Assessing research performance fairly

Researchers in the lab.
Image: Uwe Niklas

FAU signs the San Francisco Declaration on Research Assessment

Which criteria can be used to evaluate and assess how successful a research achievement is? Until now, funding organisations, academic institutions and other decision-making bodies have often relied upon the Journal Impact Factor (JIF) of the journal where the research was published. Considering that outcomes of research performance assessments can influence funding decisions and academic careers, relying on a single factor oversimplifies a process that includes a far wider range of criteria. FAU is one of the first universities in Germany to support the ‘San Francisco Declaration on Research Assessment’ (DORA), which promotes fair, transparent and quality-based criteria in assessing academic research.

If medals were awarded to athletes based on the reputation of the magazines that publish articles about them, the more prestigious the better, people would begin to ask questions. But this is exactly the situation that researchers are faced with throughout the world: Their performance is mostly assessed on how many articles they have published in prestigious publications that have a high Journal Impact Factor (JIF). Further criteria that assess their individual contribution to the research either play an inferior role or are not considered at all.

Fair assessments require more than one criterion

It is widely accepted that academic research covers a most diverse range of topics and results in specialist publications with new knowledge, data, reagents and software, as well as intellectual property and indirectly also new young researchers who are starting out on their academic careers or receiving training while working on their research projects. Funding organisations, academic institutions and steering committees are themselves faced with the demanding task of assessing the quality of research findings.

The JIF is frequently used as the most important factor to compare research productivity between individual researchers and institutions. The JIF is an indicator of the influence of an academic journal and specifies an average value of how often an article has been cited in other publications. It has recently drawn criticism as an objective measurement of research quality in a specific article because it does not include a weighting factor for assessing the reader and citation potential in a specific field.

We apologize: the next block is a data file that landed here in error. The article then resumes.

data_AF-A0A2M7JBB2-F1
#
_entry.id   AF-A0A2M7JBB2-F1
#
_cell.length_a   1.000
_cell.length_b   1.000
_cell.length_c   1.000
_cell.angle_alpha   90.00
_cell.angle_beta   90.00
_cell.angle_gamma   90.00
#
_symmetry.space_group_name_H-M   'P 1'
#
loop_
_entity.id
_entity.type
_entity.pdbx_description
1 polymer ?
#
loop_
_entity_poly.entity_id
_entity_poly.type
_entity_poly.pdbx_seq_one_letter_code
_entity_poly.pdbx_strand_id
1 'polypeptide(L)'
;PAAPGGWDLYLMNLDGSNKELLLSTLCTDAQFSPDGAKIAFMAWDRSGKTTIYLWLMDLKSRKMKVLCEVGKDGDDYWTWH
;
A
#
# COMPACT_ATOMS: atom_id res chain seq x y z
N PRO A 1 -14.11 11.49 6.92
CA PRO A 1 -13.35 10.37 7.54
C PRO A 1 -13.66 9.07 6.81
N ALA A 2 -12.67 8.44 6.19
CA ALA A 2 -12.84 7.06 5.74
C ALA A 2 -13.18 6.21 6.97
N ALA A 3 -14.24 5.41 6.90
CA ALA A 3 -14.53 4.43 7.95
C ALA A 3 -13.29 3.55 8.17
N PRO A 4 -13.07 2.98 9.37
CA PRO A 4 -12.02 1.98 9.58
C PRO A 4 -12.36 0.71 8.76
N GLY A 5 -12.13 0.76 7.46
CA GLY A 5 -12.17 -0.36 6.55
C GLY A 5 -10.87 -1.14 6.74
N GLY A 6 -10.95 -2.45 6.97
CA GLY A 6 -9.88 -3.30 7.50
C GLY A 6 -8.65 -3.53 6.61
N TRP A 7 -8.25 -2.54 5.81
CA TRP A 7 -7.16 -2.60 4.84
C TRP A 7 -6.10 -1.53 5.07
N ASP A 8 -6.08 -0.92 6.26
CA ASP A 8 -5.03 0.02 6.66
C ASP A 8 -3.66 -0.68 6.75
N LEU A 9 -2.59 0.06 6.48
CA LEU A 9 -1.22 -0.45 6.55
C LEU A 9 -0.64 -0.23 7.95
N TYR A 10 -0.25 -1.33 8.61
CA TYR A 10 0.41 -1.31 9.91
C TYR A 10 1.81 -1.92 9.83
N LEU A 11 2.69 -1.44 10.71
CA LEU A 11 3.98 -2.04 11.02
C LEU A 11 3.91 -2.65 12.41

DORA intends to establish fair, transparent and quality-oriented criteria to measure research performance. It includes, among others, the following recommendations:

  • Assess the quality of research on its own merits and in a discipline-specific manner
  • Use open access publication routes
  • Disclose the criteria that form the basis for hiring, promotions, and appointments Consider other research achievements beyond publications
  • Avoid journal-based metrics such as the JIF in funding, appointment and promotion procedures
  • Educate young researchers that the academic content of an article is far more important than the journal it is published in.

FAU has signed the declaration to acknowledge these recommendations. But what is FAU doing to actively ensure fairness in research performance assessment?

In appointment procedures or for research proposals to funding organisations such as the German Research Foundation (DFG), criteria such as the academic excellence of research achievements, acquisition of funding, prizes and awards, involvement in high-ranking professional societies or committees of funding organisations, national and international networking, scientific integrity and equal opportunities, innovation potential in research and teaching, transfer and communication achievements, or even the training of young researchers have long played an important role at FAU.

In signing the DORA declaration, FAU has committed to review and where necessary, to change current assessment practices at all points where research performance is assessed and compared. This is the only way to ensure that research performance is always evaluated fairly and in accordance with transparent criteria.

The DORA declaration was proposed in 2012 at the annual meeting of the American Society for Cell Biology in San Francisco and has already been signed by the European Research Council (ERC), the European University Association (EUA) and the German Research Foundation (DFG), among others. In Germany, the FAU is one of the first universities to sign the declaration.

Further information



Dr. Anne Buhmann
Research Support
Phone: +49 9131 85 26344

Bibliometrics and scientometrics

Dr. Joachim Hennecke
FAU University Library
Phone: +49 9131 85 22167

Open Access and Open Science

Markus Putnings
FAU University Library
Phone: +49 9131 85 27835 or 24797